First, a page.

5. Oceans turning to acid from rise in CO2
6. The Antarctic Ocean floor
7. Ocean dead zones trigger sex changes in fish, posing extinction threat
8. Oceans are 70 percent shark free
9. Ocean virus identified in human blood samples
10. MIT: Oceans are a major gene swap-meet for plankton
11. Ocean acidification threatens cold-water coral ecosystems
Post Your Comments:
*Name:
*Comment:
*Email:


(Date:6/21/2016)... 21, 2016 NuData Security announced today that ... of principal product architect and that Jon ... customer development. Both will report directly to ... moves reflect NuData,s strategic growth in its product ... customer demand and customer focus values. ...
(Date:6/15/2016)... York , June 15, 2016 ... new market report titled "Gesture Recognition Market by Application ... Forecast, 2016 - 2024". According to the report, the  ... 11.60 billion in 2015 and is estimated to ... USD 48.56 billion by 2024.  Increasing ...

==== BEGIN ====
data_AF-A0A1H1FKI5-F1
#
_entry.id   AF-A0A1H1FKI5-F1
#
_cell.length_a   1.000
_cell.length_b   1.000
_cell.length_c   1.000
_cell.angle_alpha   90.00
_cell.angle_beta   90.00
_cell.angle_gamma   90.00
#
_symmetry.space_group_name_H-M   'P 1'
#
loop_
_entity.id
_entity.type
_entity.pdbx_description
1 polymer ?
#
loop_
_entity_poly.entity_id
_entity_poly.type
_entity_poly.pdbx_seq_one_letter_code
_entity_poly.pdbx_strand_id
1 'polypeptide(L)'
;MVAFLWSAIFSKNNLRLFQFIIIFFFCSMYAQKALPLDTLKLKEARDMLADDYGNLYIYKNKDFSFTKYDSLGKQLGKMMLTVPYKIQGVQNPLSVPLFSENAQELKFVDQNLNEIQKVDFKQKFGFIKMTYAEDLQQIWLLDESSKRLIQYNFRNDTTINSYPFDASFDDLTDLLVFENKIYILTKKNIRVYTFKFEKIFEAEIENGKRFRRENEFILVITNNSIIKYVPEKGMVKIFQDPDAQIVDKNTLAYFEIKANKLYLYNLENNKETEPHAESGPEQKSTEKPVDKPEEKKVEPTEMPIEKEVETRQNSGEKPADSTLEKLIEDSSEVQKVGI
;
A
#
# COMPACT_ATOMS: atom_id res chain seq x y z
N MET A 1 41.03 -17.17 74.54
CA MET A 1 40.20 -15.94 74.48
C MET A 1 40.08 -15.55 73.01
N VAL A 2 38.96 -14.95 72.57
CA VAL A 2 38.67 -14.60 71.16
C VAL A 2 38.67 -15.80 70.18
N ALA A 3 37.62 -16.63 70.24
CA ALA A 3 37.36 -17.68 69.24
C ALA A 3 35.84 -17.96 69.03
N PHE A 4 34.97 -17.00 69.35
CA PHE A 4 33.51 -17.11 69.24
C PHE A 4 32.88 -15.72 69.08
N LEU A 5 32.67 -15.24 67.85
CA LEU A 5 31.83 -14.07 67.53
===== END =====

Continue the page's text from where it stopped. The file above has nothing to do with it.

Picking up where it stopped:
(Date:6/7/2016)... , June 7, 2016  Syngrafii Inc. and ... business relationship that includes integrating Syngrafii,s patented LongPen™ ... project. This collaboration will result in greater convenience ... credit union, while maintaining existing document workflow and ... ...
Breaking Biology News(10 mins):
(Date:6/23/2016)... 23, 2016  The Biodesign Challenge (BDC), a university ... to harness living systems and biotechnology, announced its winning ... New York City . ... showcased projects at MoMA,s Celeste Bartos Theater during the ... MoMA,s senior curator of architecture and design, and ...
(Date:6/23/2016)... ... June 23, 2016 , ... STACS DNA Inc., the sample tracking software company, ... Crime Laboratory, has joined STACS DNA as a Field Application Specialist. , “I ... President and COO of STACS DNA. “In further expanding our capacity as a scientific ...
(Date:6/23/2016)... , June 23, 2016  Blueprint Bio, a company ... to the medical community, has closed its Series A ... Nunez . "We have received a commitment ... capital we need to meet our current goals," stated ... us the runway to complete validation on the current ...
(Date:6/23/2016)... ... June 23, 2016 , ... ClinCapture, the only free ... and will showcase its product’s latest features from June 26 to June 30, ... poster on Disrupting Clinical Trials in The Cloud during the conference. DIA ...
Breaking Biology Technology: